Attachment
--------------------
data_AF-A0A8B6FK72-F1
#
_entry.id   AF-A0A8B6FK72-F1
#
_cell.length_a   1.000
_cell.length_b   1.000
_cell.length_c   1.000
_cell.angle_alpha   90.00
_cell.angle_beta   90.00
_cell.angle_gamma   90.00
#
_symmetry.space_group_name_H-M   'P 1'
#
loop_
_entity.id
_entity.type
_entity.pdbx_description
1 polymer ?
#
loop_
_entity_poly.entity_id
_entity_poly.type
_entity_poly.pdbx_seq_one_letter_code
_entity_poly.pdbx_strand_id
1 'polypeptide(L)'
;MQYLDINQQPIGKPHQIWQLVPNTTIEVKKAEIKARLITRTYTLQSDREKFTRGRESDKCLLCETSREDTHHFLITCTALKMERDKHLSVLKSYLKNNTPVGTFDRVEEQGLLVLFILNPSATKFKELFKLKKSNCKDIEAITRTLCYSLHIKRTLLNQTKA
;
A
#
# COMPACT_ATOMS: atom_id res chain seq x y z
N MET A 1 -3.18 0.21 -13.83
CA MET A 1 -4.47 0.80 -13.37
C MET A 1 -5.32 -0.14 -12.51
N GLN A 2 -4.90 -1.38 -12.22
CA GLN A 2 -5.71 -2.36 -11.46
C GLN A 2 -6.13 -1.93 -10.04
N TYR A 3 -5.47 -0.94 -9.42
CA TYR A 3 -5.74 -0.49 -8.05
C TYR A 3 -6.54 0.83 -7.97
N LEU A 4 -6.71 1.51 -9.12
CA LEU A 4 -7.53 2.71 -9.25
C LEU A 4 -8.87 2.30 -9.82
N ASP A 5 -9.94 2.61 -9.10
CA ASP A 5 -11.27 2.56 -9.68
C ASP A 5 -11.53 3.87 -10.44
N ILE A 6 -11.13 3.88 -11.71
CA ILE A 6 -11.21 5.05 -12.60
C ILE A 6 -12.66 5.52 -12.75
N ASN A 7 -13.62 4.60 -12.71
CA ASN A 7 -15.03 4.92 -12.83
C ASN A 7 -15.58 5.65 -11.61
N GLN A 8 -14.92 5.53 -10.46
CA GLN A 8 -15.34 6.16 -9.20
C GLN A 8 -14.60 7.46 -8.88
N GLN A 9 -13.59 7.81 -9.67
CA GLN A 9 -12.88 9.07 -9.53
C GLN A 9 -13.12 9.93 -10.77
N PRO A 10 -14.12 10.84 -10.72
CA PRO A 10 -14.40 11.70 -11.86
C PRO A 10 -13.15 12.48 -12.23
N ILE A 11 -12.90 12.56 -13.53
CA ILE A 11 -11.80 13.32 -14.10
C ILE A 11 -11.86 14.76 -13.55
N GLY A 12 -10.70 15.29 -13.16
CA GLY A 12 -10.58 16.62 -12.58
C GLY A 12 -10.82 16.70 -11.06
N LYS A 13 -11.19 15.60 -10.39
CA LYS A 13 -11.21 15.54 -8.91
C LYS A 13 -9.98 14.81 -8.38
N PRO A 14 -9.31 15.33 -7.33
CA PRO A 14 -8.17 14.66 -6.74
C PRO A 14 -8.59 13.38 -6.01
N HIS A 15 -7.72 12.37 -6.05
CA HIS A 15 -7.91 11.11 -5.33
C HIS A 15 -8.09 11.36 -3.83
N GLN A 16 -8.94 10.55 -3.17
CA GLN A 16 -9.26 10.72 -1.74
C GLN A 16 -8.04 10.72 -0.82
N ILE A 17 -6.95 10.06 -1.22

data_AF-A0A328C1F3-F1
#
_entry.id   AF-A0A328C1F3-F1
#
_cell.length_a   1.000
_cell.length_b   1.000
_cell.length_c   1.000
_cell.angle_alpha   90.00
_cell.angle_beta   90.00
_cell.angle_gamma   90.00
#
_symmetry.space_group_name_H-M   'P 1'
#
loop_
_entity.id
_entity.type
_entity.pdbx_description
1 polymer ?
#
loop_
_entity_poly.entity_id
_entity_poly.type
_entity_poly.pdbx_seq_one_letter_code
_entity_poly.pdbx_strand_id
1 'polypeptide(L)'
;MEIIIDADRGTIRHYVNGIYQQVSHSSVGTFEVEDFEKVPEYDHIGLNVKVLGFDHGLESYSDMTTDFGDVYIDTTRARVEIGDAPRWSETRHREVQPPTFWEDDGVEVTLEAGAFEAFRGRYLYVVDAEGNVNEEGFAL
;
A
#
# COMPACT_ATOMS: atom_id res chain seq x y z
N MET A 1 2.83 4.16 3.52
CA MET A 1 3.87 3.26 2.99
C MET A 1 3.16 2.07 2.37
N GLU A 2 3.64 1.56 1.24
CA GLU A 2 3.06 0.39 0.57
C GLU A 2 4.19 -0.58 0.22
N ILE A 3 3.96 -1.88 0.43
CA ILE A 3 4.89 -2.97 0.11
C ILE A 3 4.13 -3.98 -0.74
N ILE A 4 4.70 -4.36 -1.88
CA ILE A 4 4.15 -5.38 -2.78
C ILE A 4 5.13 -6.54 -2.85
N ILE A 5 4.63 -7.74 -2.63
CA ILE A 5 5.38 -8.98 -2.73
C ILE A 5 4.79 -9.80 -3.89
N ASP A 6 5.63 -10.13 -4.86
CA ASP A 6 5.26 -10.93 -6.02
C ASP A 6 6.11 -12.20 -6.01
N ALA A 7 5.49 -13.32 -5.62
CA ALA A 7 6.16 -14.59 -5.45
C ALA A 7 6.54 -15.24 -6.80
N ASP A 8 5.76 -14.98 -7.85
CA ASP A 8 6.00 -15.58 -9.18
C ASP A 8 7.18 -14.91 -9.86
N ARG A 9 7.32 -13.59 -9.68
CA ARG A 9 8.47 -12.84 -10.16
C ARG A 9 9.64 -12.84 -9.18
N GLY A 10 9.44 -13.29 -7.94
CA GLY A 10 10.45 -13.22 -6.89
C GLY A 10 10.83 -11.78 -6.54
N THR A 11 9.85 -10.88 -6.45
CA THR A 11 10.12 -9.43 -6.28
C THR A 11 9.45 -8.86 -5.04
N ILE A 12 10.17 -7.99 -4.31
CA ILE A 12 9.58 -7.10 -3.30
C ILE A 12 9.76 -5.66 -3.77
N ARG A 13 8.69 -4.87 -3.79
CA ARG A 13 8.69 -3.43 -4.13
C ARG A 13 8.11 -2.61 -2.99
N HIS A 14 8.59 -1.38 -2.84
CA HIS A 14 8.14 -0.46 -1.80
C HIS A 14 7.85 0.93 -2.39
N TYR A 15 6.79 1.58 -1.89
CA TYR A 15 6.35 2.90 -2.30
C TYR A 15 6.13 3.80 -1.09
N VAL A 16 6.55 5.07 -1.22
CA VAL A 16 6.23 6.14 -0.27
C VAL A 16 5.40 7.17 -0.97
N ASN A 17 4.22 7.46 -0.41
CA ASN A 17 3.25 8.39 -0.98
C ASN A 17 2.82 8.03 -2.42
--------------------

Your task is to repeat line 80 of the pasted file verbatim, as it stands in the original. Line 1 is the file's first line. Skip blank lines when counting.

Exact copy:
data_AF-A0A328C1F3-F1